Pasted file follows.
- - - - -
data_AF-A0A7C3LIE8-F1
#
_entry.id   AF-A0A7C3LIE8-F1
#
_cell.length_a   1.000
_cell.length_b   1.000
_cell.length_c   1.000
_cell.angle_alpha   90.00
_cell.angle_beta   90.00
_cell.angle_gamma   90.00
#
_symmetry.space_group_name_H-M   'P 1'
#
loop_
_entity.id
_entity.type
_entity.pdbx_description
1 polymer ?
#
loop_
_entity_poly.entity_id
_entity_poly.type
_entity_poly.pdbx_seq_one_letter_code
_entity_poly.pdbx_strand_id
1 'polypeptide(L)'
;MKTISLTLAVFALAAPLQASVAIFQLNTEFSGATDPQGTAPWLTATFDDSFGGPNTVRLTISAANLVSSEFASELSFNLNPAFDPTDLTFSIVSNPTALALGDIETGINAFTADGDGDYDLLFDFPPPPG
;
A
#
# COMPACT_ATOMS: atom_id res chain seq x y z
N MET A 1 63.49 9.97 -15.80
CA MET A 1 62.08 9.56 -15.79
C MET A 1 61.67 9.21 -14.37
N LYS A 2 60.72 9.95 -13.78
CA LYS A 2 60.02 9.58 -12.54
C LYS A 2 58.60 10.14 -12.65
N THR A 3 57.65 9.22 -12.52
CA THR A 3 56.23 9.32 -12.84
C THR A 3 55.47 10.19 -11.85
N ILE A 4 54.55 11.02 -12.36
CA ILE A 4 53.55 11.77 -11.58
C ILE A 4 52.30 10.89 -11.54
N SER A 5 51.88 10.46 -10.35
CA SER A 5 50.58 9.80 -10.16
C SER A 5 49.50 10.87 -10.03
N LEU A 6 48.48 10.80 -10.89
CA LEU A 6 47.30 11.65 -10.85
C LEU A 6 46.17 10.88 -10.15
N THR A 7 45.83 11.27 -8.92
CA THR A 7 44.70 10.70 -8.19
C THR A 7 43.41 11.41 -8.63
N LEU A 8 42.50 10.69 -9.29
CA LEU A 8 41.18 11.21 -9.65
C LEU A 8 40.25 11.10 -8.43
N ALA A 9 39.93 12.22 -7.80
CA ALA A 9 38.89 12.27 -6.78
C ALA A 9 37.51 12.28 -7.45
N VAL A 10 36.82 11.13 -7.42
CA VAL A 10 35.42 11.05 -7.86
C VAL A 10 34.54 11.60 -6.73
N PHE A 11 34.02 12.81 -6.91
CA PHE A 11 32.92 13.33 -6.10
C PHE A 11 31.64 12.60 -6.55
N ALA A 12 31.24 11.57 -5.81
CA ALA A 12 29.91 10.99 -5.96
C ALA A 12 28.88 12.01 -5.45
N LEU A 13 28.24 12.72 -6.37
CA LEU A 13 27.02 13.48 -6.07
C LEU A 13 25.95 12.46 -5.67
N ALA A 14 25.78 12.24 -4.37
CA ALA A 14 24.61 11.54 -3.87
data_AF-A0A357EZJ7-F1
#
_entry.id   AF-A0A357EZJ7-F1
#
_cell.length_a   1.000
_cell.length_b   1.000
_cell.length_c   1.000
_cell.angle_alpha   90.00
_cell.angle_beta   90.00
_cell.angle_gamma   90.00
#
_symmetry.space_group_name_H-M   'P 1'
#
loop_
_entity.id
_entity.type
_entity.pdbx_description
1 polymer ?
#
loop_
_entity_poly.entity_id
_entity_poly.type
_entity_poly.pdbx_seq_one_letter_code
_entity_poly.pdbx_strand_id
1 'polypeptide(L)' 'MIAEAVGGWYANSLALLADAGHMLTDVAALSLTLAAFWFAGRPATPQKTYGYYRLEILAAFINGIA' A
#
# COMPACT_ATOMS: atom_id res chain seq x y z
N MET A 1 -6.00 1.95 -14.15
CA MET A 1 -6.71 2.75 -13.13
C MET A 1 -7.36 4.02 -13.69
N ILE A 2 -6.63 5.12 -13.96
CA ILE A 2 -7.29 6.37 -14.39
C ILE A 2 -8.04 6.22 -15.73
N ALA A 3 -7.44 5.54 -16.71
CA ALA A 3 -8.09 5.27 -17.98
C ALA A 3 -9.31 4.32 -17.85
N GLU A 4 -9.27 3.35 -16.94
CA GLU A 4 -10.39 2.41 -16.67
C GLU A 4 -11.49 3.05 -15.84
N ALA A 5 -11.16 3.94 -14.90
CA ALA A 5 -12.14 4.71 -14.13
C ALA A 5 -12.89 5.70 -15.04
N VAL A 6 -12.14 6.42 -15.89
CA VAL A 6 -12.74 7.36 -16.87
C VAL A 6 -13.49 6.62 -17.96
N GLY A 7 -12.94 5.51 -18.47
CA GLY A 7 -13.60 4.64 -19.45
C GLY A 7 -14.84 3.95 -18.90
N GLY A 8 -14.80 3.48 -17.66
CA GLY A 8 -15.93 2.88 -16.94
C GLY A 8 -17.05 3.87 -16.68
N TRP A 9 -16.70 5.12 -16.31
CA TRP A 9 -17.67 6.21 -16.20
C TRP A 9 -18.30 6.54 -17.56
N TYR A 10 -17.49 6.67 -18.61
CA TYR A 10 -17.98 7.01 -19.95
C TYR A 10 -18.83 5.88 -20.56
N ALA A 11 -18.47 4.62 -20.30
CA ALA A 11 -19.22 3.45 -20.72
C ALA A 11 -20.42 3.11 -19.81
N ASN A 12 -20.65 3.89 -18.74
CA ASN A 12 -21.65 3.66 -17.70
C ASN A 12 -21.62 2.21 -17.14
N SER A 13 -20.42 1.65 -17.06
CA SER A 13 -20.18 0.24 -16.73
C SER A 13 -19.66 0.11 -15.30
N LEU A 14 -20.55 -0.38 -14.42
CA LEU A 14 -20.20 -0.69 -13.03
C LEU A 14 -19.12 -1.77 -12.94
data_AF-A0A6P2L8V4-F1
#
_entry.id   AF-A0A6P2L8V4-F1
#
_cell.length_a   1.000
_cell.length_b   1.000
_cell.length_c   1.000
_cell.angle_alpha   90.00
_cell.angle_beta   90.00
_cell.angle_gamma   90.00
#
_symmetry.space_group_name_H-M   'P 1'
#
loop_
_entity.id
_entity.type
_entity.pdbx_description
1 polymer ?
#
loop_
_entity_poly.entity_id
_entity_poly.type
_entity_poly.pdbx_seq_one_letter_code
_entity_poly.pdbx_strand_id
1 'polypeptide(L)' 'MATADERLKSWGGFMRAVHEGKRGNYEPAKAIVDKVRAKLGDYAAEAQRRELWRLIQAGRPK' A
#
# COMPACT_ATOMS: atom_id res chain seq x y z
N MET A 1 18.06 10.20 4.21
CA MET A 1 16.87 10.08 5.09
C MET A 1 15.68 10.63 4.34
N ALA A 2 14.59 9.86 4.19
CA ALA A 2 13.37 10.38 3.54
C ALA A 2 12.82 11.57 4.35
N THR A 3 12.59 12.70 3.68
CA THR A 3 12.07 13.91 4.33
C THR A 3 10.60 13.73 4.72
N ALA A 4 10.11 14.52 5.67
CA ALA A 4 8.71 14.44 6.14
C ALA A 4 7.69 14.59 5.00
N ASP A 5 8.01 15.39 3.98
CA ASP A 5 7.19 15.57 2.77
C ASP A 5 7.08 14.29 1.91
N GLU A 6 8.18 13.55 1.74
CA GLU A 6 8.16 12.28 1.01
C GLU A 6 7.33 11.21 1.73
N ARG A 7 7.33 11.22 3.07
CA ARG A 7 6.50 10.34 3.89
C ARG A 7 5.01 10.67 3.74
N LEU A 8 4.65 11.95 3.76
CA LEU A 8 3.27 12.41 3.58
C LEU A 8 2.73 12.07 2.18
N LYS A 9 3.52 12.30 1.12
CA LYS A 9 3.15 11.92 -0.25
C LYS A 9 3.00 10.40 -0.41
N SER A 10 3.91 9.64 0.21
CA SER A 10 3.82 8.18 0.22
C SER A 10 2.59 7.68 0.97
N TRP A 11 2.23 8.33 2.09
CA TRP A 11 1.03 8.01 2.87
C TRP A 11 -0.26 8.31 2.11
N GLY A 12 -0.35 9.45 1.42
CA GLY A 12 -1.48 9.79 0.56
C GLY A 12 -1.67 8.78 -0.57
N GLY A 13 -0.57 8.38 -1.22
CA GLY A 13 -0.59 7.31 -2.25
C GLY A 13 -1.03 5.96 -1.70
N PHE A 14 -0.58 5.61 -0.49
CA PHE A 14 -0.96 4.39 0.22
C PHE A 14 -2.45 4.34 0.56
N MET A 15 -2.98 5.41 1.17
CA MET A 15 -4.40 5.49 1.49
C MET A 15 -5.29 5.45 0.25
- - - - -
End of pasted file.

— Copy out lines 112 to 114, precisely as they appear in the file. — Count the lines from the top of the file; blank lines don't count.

CA ALA A 5 -12.14 4.71 -14.13
C ALA A 5 -12.89 5.70 -15.04
N VAL A 6 -12.14 6.42 -15.89